The business scope of SCAFRUITS is broad: order management, shipping,
supplier and product qualification and referencing, timely price management, product activation/inhibition

Concerning its technical facets, the size of the application is estimated to be equal to 3M of LoC, 600 programs, 400 screens, 200 batch programs, 300 potential users, 48,000 product references with only 2,000 active references at a time. There are 350,000 transactions per day and 100,000 created order lines per day.

6. The system under investigation in this paper is a large-sized (> 1 MLOC) industrial application that supports the core activities (e.g., insurances and mortgages) of a major, Belgian bank. Despite that work on the system started as recent as 2005, the bank opted to develop the back-end of this new system in COBOL in order to ease integration with existing infrastructure.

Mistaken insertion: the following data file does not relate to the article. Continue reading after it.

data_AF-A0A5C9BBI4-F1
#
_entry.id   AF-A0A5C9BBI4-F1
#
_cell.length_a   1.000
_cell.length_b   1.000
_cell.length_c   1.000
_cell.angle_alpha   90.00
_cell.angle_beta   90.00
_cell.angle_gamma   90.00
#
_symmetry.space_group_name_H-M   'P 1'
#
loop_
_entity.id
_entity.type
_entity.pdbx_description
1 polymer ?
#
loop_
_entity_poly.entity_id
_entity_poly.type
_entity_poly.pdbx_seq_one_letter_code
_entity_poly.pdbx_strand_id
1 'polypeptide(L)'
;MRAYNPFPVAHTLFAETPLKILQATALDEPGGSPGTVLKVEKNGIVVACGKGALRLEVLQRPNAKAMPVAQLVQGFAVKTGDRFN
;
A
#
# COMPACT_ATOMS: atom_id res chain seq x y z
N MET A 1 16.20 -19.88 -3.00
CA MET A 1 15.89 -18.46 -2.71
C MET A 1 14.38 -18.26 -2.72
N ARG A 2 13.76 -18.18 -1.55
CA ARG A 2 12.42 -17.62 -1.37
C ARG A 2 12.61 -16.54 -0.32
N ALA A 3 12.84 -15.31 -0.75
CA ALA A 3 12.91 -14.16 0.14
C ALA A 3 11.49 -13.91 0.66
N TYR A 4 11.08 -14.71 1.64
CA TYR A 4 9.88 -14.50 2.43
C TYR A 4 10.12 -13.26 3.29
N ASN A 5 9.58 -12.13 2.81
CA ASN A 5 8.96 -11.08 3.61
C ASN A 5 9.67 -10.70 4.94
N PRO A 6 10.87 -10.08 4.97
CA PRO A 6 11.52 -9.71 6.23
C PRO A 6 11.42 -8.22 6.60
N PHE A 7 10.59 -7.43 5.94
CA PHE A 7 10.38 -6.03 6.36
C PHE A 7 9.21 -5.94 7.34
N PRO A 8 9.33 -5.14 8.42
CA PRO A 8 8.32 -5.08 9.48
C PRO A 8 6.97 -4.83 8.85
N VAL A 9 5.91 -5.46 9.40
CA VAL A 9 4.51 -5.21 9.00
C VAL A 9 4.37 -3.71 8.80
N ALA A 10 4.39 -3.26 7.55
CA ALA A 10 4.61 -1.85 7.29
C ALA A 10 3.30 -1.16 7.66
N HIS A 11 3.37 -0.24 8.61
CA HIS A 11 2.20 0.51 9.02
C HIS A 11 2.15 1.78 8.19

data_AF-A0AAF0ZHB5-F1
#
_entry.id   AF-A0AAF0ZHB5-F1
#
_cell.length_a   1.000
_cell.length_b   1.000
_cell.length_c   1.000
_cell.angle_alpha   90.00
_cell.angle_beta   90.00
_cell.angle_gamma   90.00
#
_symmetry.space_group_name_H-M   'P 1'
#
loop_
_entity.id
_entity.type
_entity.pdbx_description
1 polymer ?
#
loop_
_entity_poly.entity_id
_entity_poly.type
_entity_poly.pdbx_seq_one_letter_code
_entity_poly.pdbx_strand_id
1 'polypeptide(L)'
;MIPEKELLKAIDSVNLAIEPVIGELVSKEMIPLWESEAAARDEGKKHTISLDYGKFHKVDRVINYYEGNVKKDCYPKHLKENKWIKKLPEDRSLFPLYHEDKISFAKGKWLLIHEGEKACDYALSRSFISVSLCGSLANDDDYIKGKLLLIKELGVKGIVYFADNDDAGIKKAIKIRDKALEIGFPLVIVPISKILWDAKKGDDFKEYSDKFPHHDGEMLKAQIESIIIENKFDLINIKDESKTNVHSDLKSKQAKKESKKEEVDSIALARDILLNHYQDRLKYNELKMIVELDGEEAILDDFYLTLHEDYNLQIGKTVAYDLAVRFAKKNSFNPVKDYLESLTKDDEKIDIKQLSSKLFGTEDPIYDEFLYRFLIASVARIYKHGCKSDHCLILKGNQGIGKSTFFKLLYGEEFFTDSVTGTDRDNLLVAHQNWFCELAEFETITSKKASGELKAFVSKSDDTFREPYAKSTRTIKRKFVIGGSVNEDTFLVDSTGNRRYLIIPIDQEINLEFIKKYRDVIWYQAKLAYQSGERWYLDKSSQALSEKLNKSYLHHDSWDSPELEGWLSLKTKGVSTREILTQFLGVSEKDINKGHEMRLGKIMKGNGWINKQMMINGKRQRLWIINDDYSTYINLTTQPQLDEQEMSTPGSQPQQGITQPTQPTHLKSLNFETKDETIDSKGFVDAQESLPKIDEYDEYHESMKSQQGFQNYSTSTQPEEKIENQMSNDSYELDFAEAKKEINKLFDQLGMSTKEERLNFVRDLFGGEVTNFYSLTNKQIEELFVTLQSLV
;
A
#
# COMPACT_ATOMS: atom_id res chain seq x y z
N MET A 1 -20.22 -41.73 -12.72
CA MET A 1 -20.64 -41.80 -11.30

7. Project: The National Endowment for the Arts (NEA). [M]odernization of the NEA’s business systems (Financial Management – Grants Management - Automated Panel Bank)

Fully modernized the 656,000 LOC of Wang-COBOL & RMS flat files to C++ & SQL Server environment & 3,270 screens into a MS Windows environment.

Project: Northrop Grumman. [T]ransformation demonstration and subsequent modernization of the Increments 1 & 3 of the Air Force’s REMIS system.

Fully modernized over 400,000 LOC of Tandem COBOL to both C++ & Java code.


8. For 2009, Evans Data originally estimated that there would be approximately 15.2 million developers worldwide. However, it has reduced that estimated by about 600,000 in the current report.

In North America, Evans Data projected in a previous report that the developer population would grow to 3.85 million in North America during 2009. In the current report, it changed that figure to 3.72 million based on current economic conditions. Evans did not disclose data on other regions.

9. The Social Security Administration is wrapping essential Cobol applications in Extensible Markup Language envelopes and publishing them as service-oriented architecture services. It will retain about 20 percent of the 36 million lines of Cobol code it uses, Hill said.


10. Recent statistics quoted to Datamonitor by IBM reveal the massive scale of intellectual property accumulated:

• Around 200 billion lines of COBOL code are in live operation.